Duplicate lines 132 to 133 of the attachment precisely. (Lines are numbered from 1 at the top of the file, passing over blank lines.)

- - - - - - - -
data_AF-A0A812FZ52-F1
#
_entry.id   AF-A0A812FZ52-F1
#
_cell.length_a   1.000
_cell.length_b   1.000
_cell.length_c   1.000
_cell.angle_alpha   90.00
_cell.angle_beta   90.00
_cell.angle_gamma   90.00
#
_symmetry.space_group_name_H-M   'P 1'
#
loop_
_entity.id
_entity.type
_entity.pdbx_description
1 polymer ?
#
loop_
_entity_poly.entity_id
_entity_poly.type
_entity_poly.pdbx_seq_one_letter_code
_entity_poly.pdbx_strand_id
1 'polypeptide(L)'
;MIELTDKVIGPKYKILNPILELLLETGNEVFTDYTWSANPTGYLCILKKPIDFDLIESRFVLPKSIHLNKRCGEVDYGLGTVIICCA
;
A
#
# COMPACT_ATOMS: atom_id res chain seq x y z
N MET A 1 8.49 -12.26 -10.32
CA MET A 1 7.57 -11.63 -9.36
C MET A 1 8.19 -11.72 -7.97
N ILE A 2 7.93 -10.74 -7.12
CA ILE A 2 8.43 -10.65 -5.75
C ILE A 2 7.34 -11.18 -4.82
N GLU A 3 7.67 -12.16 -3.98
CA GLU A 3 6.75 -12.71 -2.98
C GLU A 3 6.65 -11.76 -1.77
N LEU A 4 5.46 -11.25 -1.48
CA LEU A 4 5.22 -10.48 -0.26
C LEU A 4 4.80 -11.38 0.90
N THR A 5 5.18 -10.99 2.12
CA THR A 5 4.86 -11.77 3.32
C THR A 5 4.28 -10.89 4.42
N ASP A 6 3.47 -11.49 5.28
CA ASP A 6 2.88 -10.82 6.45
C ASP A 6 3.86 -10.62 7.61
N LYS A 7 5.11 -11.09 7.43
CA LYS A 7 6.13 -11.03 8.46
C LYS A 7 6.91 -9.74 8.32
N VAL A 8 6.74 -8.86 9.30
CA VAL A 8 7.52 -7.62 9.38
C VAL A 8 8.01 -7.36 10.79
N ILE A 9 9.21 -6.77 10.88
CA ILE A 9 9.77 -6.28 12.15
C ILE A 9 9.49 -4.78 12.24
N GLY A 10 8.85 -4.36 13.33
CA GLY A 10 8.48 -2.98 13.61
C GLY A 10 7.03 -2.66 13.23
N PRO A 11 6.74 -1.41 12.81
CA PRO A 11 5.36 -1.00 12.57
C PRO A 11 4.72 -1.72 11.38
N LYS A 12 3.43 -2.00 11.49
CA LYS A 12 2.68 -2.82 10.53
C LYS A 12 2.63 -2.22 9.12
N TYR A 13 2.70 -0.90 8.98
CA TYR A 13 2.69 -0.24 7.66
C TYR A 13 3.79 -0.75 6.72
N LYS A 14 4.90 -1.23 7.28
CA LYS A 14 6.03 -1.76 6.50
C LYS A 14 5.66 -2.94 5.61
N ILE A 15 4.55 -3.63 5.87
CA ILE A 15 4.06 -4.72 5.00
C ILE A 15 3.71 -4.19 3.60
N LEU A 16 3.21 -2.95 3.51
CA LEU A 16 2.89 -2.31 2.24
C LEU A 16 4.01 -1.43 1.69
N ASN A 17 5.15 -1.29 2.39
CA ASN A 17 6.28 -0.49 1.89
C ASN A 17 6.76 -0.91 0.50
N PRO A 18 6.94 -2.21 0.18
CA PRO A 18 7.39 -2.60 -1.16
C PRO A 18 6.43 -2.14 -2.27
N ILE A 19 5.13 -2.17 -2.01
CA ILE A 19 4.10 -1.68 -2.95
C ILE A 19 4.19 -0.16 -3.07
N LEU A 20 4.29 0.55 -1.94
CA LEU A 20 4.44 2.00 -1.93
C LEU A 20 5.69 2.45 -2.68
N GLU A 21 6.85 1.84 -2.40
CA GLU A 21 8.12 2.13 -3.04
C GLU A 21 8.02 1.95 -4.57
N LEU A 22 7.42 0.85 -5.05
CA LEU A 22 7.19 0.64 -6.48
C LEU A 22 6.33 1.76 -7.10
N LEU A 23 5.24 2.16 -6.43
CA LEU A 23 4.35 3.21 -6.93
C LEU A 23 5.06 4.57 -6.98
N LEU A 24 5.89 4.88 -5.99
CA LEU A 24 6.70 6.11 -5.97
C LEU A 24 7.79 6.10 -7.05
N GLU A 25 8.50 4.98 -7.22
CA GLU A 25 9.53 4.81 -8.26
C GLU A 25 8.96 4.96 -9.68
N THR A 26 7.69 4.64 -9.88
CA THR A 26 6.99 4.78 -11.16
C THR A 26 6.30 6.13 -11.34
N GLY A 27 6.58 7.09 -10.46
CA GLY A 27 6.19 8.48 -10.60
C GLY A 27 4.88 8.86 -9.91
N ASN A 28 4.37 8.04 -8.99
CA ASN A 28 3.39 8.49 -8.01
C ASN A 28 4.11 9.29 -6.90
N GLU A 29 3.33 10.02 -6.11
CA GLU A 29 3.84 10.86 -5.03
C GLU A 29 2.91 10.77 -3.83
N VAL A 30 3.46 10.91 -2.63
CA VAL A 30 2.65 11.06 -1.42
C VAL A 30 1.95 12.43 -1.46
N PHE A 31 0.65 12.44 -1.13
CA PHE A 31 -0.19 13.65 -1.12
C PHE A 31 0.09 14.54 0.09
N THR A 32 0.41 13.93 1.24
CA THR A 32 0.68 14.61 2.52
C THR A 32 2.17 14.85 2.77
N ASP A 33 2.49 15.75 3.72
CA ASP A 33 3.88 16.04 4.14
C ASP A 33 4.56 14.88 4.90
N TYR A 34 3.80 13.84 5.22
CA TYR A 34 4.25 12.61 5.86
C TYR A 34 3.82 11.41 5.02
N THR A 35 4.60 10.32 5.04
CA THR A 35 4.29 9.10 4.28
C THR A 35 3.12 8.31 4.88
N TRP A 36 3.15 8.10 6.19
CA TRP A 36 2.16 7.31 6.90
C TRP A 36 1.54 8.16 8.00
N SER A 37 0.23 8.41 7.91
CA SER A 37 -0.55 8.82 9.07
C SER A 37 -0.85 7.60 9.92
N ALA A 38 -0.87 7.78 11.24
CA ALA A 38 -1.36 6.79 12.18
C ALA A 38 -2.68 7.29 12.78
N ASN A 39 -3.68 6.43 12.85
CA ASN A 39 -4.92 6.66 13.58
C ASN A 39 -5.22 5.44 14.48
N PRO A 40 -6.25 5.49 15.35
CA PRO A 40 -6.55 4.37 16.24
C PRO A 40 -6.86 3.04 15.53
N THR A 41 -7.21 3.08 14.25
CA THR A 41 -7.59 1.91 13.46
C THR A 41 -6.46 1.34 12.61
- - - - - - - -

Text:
C TYR A 34 3.82 11.41 5.02
N THR A 35 4.60 10.32 5.04